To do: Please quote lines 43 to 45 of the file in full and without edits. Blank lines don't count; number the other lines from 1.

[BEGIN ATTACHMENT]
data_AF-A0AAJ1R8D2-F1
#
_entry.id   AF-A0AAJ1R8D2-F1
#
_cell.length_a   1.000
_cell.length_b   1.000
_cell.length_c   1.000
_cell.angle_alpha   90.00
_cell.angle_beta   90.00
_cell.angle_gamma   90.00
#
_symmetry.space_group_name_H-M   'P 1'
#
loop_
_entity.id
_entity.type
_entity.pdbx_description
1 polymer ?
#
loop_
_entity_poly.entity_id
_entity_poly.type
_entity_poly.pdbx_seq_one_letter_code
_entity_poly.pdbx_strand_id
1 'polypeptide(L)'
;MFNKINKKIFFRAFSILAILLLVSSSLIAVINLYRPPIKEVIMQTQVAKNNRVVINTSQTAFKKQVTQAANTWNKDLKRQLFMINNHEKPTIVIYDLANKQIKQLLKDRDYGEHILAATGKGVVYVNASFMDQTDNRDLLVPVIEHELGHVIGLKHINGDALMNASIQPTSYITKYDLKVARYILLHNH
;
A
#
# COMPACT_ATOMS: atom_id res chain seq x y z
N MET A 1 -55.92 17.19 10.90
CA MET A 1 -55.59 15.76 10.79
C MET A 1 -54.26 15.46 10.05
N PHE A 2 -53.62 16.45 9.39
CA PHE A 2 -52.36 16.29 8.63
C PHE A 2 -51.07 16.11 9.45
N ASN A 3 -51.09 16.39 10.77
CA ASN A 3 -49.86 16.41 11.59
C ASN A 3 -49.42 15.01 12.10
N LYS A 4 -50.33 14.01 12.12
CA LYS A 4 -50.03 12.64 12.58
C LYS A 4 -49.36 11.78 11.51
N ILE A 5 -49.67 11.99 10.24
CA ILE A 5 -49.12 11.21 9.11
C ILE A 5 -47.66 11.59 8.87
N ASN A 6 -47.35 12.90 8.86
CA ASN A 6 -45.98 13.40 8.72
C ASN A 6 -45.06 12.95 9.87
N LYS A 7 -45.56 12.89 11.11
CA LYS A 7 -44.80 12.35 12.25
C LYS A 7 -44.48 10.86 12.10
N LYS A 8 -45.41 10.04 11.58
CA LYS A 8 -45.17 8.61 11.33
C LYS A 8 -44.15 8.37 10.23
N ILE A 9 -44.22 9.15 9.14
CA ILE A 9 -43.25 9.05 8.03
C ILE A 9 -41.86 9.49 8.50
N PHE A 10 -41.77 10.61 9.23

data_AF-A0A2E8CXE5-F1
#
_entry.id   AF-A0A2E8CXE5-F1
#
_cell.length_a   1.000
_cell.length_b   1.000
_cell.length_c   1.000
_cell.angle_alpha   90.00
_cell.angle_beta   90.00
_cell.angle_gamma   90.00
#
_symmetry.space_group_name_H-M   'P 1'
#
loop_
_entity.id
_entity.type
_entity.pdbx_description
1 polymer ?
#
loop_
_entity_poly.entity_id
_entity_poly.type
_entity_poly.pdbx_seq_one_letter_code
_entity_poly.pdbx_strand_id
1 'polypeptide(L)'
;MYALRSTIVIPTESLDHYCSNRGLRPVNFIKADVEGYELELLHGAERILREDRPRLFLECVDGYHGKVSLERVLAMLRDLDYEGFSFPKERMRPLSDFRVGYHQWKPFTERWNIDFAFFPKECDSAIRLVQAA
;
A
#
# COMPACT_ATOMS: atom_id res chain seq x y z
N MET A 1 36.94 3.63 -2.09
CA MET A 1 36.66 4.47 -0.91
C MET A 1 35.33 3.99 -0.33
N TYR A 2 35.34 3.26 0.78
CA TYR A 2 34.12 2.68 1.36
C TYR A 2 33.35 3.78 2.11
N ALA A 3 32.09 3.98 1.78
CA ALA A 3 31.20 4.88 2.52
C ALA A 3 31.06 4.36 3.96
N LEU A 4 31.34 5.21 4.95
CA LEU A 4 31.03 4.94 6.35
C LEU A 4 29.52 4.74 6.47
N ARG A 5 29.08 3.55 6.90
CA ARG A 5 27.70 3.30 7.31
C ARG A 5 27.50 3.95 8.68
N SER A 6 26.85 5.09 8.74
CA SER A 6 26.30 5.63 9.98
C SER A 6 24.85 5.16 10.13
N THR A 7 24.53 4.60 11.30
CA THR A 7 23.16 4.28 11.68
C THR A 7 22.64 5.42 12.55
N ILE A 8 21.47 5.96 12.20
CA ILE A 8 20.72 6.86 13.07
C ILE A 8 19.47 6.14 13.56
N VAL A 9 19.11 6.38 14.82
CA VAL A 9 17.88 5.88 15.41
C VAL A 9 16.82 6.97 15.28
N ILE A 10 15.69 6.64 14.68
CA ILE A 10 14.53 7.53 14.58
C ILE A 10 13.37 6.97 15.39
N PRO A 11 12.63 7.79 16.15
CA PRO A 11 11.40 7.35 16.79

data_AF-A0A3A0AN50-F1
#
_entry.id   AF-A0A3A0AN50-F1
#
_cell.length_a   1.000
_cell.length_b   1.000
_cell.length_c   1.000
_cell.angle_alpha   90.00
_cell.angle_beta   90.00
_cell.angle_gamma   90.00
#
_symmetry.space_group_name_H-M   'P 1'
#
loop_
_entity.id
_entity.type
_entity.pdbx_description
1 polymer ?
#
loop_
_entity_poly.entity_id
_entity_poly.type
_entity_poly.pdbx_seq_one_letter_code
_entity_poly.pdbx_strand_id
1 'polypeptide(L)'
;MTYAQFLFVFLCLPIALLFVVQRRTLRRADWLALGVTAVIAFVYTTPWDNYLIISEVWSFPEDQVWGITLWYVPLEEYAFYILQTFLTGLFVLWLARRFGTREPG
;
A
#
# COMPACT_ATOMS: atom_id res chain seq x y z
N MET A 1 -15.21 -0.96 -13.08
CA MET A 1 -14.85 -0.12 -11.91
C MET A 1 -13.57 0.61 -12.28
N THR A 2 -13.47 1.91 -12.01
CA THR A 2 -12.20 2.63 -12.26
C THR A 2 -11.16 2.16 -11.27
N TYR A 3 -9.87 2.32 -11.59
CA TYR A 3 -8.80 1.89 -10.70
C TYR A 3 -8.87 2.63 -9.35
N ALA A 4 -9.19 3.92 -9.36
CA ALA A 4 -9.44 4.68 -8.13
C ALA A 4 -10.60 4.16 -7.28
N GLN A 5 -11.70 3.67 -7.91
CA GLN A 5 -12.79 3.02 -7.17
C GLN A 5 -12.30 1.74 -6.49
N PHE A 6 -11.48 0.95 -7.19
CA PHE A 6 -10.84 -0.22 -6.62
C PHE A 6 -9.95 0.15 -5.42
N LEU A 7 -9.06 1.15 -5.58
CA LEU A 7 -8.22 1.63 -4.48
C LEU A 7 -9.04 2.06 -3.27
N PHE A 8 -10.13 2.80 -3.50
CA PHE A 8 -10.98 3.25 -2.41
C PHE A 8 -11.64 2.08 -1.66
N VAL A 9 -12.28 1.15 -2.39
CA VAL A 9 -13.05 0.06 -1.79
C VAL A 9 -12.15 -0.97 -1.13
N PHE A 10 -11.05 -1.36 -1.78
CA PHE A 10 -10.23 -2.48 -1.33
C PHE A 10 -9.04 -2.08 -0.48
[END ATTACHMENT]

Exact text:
N ILE A 5 -49.67 11.99 10.24
CA ILE A 5 -49.12 11.21 9.11
C ILE A 5 -47.66 11.59 8.87